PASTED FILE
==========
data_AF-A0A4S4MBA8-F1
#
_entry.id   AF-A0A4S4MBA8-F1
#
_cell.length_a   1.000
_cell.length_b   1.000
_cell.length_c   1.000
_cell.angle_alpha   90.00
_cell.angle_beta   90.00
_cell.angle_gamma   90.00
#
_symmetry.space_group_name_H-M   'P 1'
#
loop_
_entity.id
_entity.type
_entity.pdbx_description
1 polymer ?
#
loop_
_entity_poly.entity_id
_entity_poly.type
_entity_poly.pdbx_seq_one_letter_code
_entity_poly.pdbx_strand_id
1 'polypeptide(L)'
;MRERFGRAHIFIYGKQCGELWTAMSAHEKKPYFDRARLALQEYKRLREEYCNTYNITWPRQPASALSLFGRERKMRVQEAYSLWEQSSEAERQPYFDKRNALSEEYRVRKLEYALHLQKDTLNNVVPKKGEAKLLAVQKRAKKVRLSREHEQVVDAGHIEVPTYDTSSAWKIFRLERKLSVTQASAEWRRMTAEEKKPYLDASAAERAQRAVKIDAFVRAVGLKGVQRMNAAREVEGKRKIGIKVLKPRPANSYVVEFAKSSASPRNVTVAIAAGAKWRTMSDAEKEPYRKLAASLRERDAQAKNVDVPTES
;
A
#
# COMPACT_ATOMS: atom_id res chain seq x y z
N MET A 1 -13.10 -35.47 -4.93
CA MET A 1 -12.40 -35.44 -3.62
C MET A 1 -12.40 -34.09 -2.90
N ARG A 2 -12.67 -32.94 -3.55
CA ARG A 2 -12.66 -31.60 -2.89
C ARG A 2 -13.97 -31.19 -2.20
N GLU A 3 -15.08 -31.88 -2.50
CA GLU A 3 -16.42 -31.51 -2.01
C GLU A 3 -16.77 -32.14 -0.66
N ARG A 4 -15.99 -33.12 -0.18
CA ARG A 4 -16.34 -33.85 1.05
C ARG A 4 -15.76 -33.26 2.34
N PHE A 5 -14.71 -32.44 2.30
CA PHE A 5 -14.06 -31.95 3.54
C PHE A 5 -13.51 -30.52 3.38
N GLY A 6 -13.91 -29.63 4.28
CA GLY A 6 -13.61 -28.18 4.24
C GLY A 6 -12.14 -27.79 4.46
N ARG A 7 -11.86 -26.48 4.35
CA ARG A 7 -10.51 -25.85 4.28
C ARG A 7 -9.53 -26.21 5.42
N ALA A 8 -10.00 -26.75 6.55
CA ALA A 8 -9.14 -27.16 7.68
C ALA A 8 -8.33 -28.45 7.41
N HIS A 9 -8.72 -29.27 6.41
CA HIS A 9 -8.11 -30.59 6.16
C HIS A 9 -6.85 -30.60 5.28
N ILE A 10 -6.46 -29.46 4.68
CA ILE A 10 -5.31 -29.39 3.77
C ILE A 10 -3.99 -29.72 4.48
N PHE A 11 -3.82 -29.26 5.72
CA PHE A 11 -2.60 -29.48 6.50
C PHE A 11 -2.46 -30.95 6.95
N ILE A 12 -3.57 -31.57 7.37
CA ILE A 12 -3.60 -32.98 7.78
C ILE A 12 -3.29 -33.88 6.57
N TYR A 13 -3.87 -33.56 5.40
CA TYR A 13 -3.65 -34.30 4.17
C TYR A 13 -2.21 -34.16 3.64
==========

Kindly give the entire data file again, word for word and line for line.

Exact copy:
data_AF-A0A4S4MBA8-F1
#
_entry.id   AF-A0A4S4MBA8-F1
#
_cell.length_a   1.000
_cell.length_b   1.000
_cell.length_c   1.000
_cell.angle_alpha   90.00
_cell.angle_beta   90.00
_cell.angle_gamma   90.00
#
_symmetry.space_group_name_H-M   'P 1'
#
loop_
_entity.id
_entity.type
_entity.pdbx_description
1 polymer ?
#
loop_
_entity_poly.entity_id
_entity_poly.type
_entity_poly.pdbx_seq_one_letter_code
_entity_poly.pdbx_strand_id
1 'polypeptide(L)'
;MRERFGRAHIFIYGKQCGELWTAMSAHEKKPYFDRARLALQEYKRLREEYCNTYNITWPRQPASALSLFGRERKMRVQEAYSLWEQSSEAERQPYFDKRNALSEEYRVRKLEYALHLQKDTLNNVVPKKGEAKLLAVQKRAKKVRLSREHEQVVDAGHIEVPTYDTSSAWKIFRLERKLSVTQASAEWRRMTAEEKKPYLDASAAERAQRAVKIDAFVRAVGLKGVQRMNAAREVEGKRKIGIKVLKPRPANSYVVEFAKSSASPRNVTVAIAAGAKWRTMSDAEKEPYRKLAASLRERDAQAKNVDVPTES
;
A
#
# COMPACT_ATOMS: atom_id res chain seq x y z
N MET A 1 -13.10 -35.47 -4.93
CA MET A 1 -12.40 -35.44 -3.62
C MET A 1 -12.40 -34.09 -2.90
N ARG A 2 -12.67 -32.94 -3.55
CA ARG A 2 -12.66 -31.60 -2.89
C ARG A 2 -13.97 -31.19 -2.20
N GLU A 3 -15.08 -31.88 -2.50
CA GLU A 3 -16.42 -31.51 -2.01
C GLU A 3 -16.77 -32.14 -0.66
N ARG A 4 -15.99 -33.12 -0.18
CA ARG A 4 -16.34 -33.85 1.05
C ARG A 4 -15.76 -33.26 2.34
N PHE A 5 -14.71 -32.44 2.30
CA PHE A 5 -14.06 -31.95 3.54
C PHE A 5 -13.51 -30.52 3.38
N GLY A 6 -13.91 -29.63 4.28
CA GLY A 6 -13.61 -28.18 4.24
C GLY A 6 -12.14 -27.79 4.46
N ARG A 7 -11.86 -26.48 4.35
CA ARG A 7 -10.51 -25.85 4.28
C ARG A 7 -9.53 -26.21 5.42
N ALA A 8 -10.00 -26.75 6.55
CA ALA A 8 -9.14 -27.16 7.68
C ALA A 8 -8.33 -28.45 7.41
N HIS A 9 -8.72 -29.27 6.41
CA HIS A 9 -8.11 -30.59 6.16
C HIS A 9 -6.85 -30.60 5.28
N ILE A 10 -6.46 -29.46 4.68
CA ILE A 10 -5.31 -29.39 3.77
C ILE A 10 -3.99 -29.72 4.48
N PHE A 11 -3.82 -29.26 5.72
CA PHE A 11 -2.60 -29.48 6.50
C PHE A 11 -2.46 -30.95 6.95
N ILE A 12 -3.57 -31.57 7.37
CA ILE A 12 -3.60 -32.98 7.78
C ILE A 12 -3.29 -33.88 6.57
N TYR A 13 -3.87 -33.56 5.40
CA TYR A 13 -3.65 -34.30 4.17
C TYR A 13 -2.21 -34.16 3.64